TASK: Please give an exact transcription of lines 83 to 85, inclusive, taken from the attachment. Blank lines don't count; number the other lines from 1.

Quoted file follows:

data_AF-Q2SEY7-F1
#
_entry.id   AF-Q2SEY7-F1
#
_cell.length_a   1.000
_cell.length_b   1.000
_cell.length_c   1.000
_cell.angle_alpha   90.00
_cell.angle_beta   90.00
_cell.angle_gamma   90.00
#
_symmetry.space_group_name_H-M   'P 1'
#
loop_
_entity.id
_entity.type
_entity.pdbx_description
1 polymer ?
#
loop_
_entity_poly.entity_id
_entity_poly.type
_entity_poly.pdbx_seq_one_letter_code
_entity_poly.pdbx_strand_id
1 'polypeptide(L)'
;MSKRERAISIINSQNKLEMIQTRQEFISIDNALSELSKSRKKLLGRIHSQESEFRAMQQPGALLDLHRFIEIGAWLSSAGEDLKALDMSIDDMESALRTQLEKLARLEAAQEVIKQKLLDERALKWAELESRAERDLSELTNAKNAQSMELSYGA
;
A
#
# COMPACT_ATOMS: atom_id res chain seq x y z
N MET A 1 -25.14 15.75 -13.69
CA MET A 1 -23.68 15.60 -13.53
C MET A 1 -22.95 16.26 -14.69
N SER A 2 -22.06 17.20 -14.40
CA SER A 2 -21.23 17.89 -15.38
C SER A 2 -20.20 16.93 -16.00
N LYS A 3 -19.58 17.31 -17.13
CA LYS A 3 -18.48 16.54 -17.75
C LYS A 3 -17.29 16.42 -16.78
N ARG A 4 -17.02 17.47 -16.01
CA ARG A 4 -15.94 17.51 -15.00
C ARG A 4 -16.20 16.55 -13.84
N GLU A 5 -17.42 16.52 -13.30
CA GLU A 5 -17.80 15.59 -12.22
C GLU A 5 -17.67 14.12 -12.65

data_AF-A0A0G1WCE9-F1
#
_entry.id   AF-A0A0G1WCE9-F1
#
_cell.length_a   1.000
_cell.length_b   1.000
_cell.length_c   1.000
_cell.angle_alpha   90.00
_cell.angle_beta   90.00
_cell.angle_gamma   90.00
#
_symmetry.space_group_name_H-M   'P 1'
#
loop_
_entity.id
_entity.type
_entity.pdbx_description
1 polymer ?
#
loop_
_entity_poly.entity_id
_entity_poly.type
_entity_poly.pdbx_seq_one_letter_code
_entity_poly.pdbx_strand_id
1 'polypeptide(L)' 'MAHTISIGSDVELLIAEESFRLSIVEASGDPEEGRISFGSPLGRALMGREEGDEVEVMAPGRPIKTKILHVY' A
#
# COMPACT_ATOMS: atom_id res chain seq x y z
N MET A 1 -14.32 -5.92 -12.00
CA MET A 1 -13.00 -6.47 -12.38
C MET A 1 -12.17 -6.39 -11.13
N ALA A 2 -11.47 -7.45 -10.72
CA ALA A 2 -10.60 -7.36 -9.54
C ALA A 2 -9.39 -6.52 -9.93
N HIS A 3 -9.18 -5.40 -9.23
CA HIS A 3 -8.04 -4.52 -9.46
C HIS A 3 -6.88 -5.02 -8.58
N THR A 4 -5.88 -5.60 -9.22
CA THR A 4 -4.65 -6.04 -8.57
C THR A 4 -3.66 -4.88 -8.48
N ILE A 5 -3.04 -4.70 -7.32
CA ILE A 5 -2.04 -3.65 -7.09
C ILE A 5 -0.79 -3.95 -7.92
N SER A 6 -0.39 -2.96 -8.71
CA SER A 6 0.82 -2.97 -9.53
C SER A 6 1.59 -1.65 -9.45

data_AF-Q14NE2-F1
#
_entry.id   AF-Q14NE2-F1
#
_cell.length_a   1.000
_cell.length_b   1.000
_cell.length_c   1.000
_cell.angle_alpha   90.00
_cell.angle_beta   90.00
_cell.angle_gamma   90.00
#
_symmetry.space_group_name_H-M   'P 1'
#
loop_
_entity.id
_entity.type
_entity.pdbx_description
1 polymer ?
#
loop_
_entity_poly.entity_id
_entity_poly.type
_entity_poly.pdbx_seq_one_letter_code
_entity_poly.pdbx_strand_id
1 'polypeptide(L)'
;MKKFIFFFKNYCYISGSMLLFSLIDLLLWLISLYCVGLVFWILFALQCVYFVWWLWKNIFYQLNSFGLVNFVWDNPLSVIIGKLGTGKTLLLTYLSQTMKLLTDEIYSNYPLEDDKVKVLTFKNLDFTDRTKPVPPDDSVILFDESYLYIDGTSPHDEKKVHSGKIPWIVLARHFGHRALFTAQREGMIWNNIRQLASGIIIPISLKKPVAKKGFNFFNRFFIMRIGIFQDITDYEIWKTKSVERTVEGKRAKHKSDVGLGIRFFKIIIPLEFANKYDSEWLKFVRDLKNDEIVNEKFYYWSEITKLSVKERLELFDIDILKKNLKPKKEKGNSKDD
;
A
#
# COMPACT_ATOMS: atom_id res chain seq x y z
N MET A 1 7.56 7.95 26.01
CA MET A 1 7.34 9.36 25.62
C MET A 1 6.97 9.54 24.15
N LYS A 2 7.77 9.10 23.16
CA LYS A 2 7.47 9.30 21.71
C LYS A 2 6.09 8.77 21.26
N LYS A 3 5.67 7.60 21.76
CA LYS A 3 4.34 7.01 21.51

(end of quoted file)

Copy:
CA THR A 4 -4.65 -6.04 -8.57
C THR A 4 -3.66 -4.88 -8.48
N ILE A 5 -3.04 -4.70 -7.32